Imagine you are in a race and your opponent is given a ten lap head start before you are even allowed to begin running. That’s not very fair. Someone eventually realizes this is not fair, and makes everyone stop. After declaring it was not fair, the official allows you to begin running. The problem is you are still 10 laps behind. You may be given the same opportunity to run, but you are still at a disadvantage. This is less unfair, but it is still unfair. The truly fair thing to do is to start the race over from the beginning and everyone begins at the same spot, on the same course, with the same conditions. Unfortunately, for POC and women especially, progress has been made, but there is still a lot of inequality. Those of us who are in the majority group (white Americans and men especially) may not have done anything wrong by simply taking advantage of the opportunities we were given, but it doesn’t mean it is fair to the others. The proper response, then, is to willingly put ourselves on equal ground with everyone else. Until we do, inequality in many forms will continue to exist.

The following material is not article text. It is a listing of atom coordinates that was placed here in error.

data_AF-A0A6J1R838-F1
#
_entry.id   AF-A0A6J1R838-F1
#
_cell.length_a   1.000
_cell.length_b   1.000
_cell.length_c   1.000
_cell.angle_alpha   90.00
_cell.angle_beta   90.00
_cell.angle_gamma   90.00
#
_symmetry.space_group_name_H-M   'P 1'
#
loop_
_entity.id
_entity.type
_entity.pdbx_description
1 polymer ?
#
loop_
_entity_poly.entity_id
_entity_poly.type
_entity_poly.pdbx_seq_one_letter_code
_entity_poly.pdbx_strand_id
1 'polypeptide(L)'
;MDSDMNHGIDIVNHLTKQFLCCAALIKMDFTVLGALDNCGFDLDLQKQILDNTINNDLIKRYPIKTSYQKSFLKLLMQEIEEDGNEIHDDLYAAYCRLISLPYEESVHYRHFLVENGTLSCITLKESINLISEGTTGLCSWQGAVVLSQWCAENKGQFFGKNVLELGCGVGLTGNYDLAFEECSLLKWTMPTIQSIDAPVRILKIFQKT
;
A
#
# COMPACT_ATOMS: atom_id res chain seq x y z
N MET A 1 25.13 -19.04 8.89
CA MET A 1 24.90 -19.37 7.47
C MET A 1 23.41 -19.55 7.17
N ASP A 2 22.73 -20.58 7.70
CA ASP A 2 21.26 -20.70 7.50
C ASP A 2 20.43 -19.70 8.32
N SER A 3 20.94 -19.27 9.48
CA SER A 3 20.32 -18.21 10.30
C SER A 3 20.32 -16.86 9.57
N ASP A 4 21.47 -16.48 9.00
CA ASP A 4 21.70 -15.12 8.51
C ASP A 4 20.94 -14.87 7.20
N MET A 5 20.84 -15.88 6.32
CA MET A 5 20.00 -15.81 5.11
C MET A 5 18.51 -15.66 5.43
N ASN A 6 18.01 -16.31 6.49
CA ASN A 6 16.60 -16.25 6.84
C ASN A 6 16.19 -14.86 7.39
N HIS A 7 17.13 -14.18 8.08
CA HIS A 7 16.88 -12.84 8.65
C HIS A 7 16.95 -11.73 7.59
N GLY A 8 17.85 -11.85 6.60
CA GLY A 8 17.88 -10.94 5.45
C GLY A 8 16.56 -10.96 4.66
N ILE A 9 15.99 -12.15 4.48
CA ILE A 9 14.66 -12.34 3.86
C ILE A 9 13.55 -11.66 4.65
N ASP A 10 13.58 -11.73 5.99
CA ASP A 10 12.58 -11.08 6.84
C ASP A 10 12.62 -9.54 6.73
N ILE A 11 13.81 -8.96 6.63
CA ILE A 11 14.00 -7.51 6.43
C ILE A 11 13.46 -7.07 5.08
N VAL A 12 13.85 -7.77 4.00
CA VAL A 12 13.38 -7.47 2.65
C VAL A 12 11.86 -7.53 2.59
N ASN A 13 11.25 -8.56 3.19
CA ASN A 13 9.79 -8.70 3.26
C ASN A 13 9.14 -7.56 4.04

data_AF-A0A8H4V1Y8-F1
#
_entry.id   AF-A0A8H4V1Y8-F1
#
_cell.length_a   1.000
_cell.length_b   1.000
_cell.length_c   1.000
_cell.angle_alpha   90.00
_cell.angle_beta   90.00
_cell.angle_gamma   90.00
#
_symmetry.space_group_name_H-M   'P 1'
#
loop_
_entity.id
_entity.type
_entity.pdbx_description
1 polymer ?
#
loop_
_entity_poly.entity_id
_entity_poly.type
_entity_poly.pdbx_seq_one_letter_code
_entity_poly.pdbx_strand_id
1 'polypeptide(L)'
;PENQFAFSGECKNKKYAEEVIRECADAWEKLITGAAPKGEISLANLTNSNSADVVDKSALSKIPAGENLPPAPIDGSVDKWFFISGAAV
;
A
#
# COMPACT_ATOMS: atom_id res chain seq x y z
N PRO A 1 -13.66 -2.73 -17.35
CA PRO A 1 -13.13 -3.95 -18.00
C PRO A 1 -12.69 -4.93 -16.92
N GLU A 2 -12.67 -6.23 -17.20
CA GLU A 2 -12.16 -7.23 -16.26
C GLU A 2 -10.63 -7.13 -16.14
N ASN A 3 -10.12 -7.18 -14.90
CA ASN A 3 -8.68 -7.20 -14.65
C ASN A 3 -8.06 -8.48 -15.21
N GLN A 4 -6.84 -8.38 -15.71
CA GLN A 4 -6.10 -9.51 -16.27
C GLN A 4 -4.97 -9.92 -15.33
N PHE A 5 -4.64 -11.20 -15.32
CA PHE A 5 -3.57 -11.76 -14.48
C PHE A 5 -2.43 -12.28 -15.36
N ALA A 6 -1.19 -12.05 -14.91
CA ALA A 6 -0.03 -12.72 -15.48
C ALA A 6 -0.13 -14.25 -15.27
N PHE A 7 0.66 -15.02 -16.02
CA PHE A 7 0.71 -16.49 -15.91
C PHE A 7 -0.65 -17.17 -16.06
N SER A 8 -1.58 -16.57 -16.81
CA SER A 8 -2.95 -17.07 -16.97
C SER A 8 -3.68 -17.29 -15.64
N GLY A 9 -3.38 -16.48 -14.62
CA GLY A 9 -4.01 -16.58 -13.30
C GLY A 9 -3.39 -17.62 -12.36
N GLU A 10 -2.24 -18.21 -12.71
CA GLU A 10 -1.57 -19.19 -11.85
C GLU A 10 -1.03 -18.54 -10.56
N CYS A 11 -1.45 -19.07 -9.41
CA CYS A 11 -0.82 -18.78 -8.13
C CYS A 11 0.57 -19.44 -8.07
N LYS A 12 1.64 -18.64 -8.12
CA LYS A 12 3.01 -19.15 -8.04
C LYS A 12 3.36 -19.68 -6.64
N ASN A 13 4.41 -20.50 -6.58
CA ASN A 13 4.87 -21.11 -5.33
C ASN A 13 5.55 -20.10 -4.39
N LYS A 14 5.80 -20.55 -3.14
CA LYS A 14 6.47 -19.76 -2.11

That is why this is a systemic issue. Inequality in general – racial, gender, economic, etc. – must be dealt with from the top down. Parents must engage this issues with their children. Pastors must engage these issues with their congregations. CEOs must engage these issues with their employees. Sports owners must engage in these issues with their players. Government leaders must engage in these issues with the American people. I think you get the point. The problem is that when these positions of “leadership” – parents, pastors, CEOs, owners, government – are the ones furthering the wrong ideas, it will never change. It is a systemic problem that can only be eradicated by a system that willingly puts itself on the same ground as everyone else.
A professor of mine, J.P. Dorsey, recently compared the issue of race to a person’s struggle with pornography. In response to those who would say, “we’re not like that anymore,” or “we’ve come so far,” J.P. offered this perspective (put in my words): imagine, he said, a husband that has struggled with pornography and his wife found out. She would be hurt, and trust in the relationship would be broken. She may feel like she wasn’t enough for her husband, that she did not matter as much as these other women. Now, maybe the husband agrees to get help, to be better. That’s good. Maybe the husband goes six months, nine months, or even a year without giving in to this temptation. That’s good. But if he falls again, even after a year, all of that hurt and all of those questions will likely come racing back to the wife’s mind.